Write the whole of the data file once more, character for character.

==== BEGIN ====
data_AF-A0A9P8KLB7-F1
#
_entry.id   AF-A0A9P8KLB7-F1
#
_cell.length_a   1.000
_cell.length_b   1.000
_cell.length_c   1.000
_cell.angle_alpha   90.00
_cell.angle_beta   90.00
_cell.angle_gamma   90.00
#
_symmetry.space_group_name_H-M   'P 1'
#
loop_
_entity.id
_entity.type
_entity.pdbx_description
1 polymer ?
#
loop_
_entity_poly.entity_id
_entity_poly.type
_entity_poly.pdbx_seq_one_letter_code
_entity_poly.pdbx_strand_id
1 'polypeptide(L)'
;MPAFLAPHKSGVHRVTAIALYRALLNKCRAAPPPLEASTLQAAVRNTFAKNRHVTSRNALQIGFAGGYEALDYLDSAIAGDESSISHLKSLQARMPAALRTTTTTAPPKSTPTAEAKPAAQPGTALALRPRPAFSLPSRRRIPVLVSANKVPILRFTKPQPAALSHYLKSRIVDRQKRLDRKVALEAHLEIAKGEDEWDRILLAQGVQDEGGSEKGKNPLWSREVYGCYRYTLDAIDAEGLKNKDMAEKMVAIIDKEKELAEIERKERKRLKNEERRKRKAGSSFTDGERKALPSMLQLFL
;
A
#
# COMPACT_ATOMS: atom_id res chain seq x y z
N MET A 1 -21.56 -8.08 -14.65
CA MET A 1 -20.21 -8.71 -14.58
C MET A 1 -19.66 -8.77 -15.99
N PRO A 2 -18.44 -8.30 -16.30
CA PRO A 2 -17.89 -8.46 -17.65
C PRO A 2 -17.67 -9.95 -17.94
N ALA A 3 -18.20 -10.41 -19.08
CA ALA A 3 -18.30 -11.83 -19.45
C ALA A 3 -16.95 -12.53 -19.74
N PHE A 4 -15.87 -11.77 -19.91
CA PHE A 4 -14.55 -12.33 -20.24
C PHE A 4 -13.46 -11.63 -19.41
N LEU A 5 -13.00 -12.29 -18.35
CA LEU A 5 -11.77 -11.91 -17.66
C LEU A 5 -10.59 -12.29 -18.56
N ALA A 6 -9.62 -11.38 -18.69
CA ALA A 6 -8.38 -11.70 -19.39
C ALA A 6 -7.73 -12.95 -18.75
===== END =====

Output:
data_AF-A0A9P8KLB7-F1
#
_entry.id   AF-A0A9P8KLB7-F1
#
_cell.length_a   1.000
_cell.length_b   1.000
_cell.length_c   1.000
_cell.angle_alpha   90.00
_cell.angle_beta   90.00
_cell.angle_gamma   90.00
#
_symmetry.space_group_name_H-M   'P 1'
#
loop_
_entity.id
_entity.type
_entity.pdbx_description
1 polymer ?
#
loop_
_entity_poly.entity_id
_entity_poly.type
_entity_poly.pdbx_seq_one_letter_code
_entity_poly.pdbx_strand_id
1 'polypeptide(L)'
;MPAFLAPHKSGVHRVTAIALYRALLNKCRAAPPPLEASTLQAAVRNTFAKNRHVTSRNALQIGFAGGYEALDYLDSAIAGDESSISHLKSLQARMPAALRTTTTTAPPKSTPTAEAKPAAQPGTALALRPRPAFSLPSRRRIPVLVSANKVPILRFTKPQPAALSHYLKSRIVDRQKRLDRKVALEAHLEIAKGEDEWDRILLAQGVQDEGGSEKGKNPLWSREVYGCYRYTLDAIDAEGLKNKDMAEKMVAIIDKEKELAEIERKERKRLKNEERRKRKAGSSFTDGERKALPSMLQLFL
;
A
#
# COMPACT_ATOMS: atom_id res chain seq x y z
N MET A 1 -21.56 -8.08 -14.65
CA MET A 1 -20.21 -8.71 -14.58
C MET A 1 -19.66 -8.77 -15.99
N PRO A 2 -18.44 -8.30 -16.30
CA PRO A 2 -17.89 -8.46 -17.65
C PRO A 2 -17.67 -9.95 -17.94
N ALA A 3 -18.20 -10.41 -19.08
CA ALA A 3 -18.30 -11.83 -19.45
C ALA A 3 -16.95 -12.53 -19.74
N PHE A 4 -15.87 -11.77 -19.91
CA PHE A 4 -14.55 -12.33 -20.24
C PHE A 4 -13.46 -11.63 -19.41
N LEU A 5 -13.00 -12.29 -18.35
CA LEU A 5 -11.77 -11.91 -17.66
C LEU A 5 -10.59 -12.29 -18.56
N ALA A 6 -9.62 -11.38 -18.69
CA ALA A 6 -8.38 -11.70 -19.39
C ALA A 6 -7.73 -12.95 -18.75